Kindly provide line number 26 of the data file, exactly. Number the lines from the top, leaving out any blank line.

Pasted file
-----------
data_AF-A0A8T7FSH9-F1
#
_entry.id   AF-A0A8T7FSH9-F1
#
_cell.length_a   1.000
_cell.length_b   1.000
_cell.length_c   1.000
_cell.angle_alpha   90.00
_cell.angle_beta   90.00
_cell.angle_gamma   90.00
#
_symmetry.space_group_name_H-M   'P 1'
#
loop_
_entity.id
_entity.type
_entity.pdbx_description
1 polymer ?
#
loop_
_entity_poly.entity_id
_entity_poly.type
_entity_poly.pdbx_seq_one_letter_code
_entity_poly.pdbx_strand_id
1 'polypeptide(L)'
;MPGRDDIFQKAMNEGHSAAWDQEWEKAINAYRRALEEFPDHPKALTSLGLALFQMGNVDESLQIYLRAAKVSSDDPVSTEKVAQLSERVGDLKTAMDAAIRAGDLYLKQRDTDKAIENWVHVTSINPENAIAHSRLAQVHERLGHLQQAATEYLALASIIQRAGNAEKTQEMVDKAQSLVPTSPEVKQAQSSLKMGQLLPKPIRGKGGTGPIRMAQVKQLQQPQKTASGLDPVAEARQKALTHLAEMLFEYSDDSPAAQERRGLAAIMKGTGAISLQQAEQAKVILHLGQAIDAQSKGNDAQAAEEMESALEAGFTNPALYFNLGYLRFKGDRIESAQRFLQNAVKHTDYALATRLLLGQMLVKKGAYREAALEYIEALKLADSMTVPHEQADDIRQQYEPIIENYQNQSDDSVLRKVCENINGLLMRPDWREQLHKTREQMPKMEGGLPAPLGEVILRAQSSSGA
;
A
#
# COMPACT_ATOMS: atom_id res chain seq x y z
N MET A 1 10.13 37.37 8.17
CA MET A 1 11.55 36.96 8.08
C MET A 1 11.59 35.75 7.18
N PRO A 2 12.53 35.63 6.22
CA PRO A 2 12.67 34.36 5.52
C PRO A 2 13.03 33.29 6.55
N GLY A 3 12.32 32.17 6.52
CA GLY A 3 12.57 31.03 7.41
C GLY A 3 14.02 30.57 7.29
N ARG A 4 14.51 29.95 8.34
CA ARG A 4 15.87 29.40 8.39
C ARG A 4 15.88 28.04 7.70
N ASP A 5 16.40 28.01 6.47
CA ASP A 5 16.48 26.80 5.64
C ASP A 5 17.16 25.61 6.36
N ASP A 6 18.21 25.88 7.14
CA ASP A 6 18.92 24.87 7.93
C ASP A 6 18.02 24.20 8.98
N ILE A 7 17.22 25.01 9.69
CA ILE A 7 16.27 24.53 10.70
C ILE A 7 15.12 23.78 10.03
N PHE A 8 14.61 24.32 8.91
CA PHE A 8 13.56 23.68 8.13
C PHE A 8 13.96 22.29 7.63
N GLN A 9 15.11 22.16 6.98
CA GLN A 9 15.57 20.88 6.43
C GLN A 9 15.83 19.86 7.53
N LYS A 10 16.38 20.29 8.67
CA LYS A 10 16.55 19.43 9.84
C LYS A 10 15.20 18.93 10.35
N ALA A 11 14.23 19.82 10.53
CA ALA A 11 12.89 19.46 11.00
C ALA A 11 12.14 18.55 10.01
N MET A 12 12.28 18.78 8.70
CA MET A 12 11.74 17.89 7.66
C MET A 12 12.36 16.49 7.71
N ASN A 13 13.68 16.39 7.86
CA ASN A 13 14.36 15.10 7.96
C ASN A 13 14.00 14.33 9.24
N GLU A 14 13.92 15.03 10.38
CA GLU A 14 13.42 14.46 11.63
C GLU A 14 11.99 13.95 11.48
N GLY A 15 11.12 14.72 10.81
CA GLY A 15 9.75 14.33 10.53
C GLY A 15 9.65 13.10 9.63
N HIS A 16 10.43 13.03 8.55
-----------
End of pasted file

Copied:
;MPGRDDIFQKAMNEGHSAAWDQEWEKAINAYRRALEEFPDHPKALTSLGLALFQMGNVDESLQIYLRAAKVSSDDPVSTEKVAQLSERVGDLKTAMDAAIRAGDLYLKQRDTDKAIENWVHVTSINPENAIAHSRLAQVHERLGHLQQAATEYLALASIIQRAGNAEKTQEMVDKAQSLVPTSPEVKQAQSSLKMGQLLPKPIRGKGGTGPIRMAQVKQLQQPQKTASGLDPVAEARQKALTHLAEMLFEYSDDSPAAQERRGLAAIMKGTGAISLQQAEQAKVILHLGQAIDAQSKGNDAQAAEEMESALEAGFTNPALYFNLGYLRFKGDRIESAQRFLQNAVKHTDYALATRLLLGQMLVKKGAYREAALEYIEALKLADSMTVPHEQADDIRQQYEPIIENYQNQSDDSVLRKVCENINGLLMRPDWREQLHKTREQMPKMEGGLPAPLGEVILRAQSSSGA